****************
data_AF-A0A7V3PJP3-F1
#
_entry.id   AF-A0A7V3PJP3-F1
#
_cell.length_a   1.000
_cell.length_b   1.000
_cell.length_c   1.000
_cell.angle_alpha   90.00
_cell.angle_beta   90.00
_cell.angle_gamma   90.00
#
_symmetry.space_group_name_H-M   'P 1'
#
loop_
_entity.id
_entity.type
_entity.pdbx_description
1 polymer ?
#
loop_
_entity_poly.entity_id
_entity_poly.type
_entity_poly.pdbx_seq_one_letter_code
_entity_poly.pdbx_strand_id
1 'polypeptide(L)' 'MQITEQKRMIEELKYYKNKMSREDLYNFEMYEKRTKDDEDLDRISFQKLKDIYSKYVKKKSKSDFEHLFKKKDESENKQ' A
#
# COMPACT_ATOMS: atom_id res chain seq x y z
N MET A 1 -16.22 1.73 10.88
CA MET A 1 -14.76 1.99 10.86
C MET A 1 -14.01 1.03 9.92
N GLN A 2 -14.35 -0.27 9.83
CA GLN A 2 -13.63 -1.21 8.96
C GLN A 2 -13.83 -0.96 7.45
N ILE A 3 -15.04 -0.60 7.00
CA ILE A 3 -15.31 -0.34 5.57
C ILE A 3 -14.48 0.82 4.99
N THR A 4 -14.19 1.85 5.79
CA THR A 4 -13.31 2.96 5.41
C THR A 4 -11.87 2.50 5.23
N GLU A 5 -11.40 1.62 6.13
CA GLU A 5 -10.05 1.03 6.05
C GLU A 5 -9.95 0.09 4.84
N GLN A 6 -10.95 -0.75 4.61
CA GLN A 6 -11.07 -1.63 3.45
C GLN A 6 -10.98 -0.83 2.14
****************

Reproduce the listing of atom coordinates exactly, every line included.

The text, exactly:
data_AF-A0A7V3PJP3-F1
#
_entry.id   AF-A0A7V3PJP3-F1
#
_cell.length_a   1.000
_cell.length_b   1.000
_cell.length_c   1.000
_cell.angle_alpha   90.00
_cell.angle_beta   90.00
_cell.angle_gamma   90.00
#
_symmetry.space_group_name_H-M   'P 1'
#
loop_
_entity.id
_entity.type
_entity.pdbx_description
1 polymer ?
#
loop_
_entity_poly.entity_id
_entity_poly.type
_entity_poly.pdbx_seq_one_letter_code
_entity_poly.pdbx_strand_id
1 'polypeptide(L)' 'MQITEQKRMIEELKYYKNKMSREDLYNFEMYEKRTKDDEDLDRISFQKLKDIYSKYVKKKSKSDFEHLFKKKDESENKQ' A
#
# COMPACT_ATOMS: atom_id res chain seq x y z
N MET A 1 -16.22 1.73 10.88
CA MET A 1 -14.76 1.99 10.86
C MET A 1 -14.01 1.03 9.92
N GLN A 2 -14.35 -0.27 9.83
CA GLN A 2 -13.63 -1.21 8.96
C GLN A 2 -13.83 -0.96 7.45
N ILE A 3 -15.04 -0.60 7.00
CA ILE A 3 -15.31 -0.34 5.57
C ILE A 3 -14.48 0.82 4.99
N THR A 4 -14.19 1.85 5.79
CA THR A 4 -13.31 2.96 5.41
C THR A 4 -11.87 2.50 5.23
N GLU A 5 -11.40 1.62 6.13
CA GLU A 5 -10.05 1.03 6.05
C GLU A 5 -9.95 0.09 4.84
N GLN A 6 -10.95 -0.75 4.61
CA GLN A 6 -11.07 -1.63 3.45
C GLN A 6 -10.98 -0.83 2.14